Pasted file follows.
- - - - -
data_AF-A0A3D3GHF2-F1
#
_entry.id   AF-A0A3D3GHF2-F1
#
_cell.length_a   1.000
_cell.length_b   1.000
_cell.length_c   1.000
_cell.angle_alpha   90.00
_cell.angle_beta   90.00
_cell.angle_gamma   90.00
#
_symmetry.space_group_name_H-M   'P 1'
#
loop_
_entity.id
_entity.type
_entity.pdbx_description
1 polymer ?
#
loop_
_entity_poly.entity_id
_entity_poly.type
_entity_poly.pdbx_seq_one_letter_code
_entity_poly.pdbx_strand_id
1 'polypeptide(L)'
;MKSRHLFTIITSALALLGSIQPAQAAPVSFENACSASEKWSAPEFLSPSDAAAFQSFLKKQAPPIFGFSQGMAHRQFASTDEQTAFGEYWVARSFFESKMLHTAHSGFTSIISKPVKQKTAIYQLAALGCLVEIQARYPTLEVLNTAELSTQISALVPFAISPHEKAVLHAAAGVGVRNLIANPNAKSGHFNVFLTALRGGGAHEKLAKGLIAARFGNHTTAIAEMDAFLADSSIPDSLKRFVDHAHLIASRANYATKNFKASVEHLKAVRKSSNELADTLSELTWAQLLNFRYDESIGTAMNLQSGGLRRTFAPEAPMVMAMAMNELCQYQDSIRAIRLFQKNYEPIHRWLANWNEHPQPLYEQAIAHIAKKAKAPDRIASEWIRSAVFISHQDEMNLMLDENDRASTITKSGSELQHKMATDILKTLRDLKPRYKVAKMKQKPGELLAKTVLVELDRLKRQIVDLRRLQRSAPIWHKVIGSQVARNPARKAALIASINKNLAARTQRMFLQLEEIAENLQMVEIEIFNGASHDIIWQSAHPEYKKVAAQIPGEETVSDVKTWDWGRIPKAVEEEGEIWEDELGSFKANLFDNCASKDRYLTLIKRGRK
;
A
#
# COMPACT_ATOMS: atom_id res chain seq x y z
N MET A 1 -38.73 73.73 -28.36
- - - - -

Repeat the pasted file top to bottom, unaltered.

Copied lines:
data_AF-A0A3D3GHF2-F1
#
_entry.id   AF-A0A3D3GHF2-F1
#
_cell.length_a   1.000
_cell.length_b   1.000
_cell.length_c   1.000
_cell.angle_alpha   90.00
_cell.angle_beta   90.00
_cell.angle_gamma   90.00
#
_symmetry.space_group_name_H-M   'P 1'
#
loop_
_entity.id
_entity.type
_entity.pdbx_description
1 polymer ?
#
loop_
_entity_poly.entity_id
_entity_poly.type
_entity_poly.pdbx_seq_one_letter_code
_entity_poly.pdbx_strand_id
1 'polypeptide(L)'
;MKSRHLFTIITSALALLGSIQPAQAAPVSFENACSASEKWSAPEFLSPSDAAAFQSFLKKQAPPIFGFSQGMAHRQFASTDEQTAFGEYWVARSFFESKMLHTAHSGFTSIISKPVKQKTAIYQLAALGCLVEIQARYPTLEVLNTAELSTQISALVPFAISPHEKAVLHAAAGVGVRNLIANPNAKSGHFNVFLTALRGGGAHEKLAKGLIAARFGNHTTAIAEMDAFLADSSIPDSLKRFVDHAHLIASRANYATKNFKASVEHLKAVRKSSNELADTLSELTWAQLLNFRYDESIGTAMNLQSGGLRRTFAPEAPMVMAMAMNELCQYQDSIRAIRLFQKNYEPIHRWLANWNEHPQPLYEQAIAHIAKKAKAPDRIASEWIRSAVFISHQDEMNLMLDENDRASTITKSGSELQHKMATDILKTLRDLKPRYKVAKMKQKPGELLAKTVLVELDRLKRQIVDLRRLQRSAPIWHKVIGSQVARNPARKAALIASINKNLAARTQRMFLQLEEIAENLQMVEIEIFNGASHDIIWQSAHPEYKKVAAQIPGEETVSDVKTWDWGRIPKAVEEEGEIWEDELGSFKANLFDNCASKDRYLTLIKRGRK
;
A
#
# COMPACT_ATOMS: atom_id res chain seq x y z
N MET A 1 -38.73 73.73 -28.36